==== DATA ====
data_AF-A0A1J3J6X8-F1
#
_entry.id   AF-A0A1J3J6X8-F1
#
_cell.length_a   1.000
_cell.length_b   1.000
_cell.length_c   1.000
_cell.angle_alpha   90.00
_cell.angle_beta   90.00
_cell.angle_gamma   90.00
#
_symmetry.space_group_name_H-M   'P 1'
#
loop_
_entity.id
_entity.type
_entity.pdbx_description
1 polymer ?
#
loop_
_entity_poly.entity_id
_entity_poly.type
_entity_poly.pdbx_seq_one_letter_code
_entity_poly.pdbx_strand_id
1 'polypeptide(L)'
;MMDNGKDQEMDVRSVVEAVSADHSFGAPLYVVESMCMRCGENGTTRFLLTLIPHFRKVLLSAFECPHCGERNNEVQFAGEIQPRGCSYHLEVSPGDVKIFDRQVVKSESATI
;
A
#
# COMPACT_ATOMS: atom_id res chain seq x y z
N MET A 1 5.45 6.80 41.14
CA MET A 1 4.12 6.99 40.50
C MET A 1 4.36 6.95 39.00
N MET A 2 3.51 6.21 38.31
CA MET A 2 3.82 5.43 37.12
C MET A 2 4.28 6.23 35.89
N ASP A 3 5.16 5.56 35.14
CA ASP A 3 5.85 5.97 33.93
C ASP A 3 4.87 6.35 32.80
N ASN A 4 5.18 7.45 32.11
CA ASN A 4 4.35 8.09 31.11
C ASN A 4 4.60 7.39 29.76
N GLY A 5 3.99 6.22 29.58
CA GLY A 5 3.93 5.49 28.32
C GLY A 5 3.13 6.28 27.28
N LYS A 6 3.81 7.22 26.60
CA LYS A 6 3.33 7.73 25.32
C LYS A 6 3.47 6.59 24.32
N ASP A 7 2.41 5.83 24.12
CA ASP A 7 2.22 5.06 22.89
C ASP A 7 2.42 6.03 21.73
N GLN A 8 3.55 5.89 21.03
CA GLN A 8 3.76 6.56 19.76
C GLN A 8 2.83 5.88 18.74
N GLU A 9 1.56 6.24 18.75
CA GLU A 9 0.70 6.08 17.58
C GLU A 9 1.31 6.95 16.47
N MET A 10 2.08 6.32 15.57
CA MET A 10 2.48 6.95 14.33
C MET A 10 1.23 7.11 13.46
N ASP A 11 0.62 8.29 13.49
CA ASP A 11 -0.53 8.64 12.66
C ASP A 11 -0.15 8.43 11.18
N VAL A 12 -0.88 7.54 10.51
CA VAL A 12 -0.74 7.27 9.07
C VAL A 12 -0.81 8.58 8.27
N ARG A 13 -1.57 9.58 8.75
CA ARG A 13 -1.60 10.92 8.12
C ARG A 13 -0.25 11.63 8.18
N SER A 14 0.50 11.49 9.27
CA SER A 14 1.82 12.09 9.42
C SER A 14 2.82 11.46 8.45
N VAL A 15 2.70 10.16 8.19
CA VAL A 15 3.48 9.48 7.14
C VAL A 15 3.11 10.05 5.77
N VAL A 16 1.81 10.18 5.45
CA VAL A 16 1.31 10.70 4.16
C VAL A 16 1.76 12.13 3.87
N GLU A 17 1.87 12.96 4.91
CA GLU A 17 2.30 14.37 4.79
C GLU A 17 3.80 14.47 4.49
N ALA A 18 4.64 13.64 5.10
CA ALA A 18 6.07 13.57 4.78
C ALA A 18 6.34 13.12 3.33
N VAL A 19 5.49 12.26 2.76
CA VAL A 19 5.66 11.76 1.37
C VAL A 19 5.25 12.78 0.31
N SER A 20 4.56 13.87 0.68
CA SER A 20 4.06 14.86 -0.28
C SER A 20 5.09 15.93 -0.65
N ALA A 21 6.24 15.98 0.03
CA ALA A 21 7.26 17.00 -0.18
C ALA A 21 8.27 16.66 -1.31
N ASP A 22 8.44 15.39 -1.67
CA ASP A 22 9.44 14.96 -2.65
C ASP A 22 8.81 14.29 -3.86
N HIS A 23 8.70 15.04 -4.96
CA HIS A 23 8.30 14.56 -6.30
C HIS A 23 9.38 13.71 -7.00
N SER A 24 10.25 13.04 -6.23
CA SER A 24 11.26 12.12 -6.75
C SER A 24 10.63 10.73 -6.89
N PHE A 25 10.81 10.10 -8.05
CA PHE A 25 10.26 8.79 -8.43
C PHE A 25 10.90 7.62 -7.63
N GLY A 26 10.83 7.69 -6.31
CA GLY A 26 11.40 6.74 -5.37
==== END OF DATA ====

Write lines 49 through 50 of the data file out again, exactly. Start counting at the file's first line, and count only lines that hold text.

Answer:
N ASP A 7 2.41 5.83 24.12
CA ASP A 7 2.22 5.06 22.89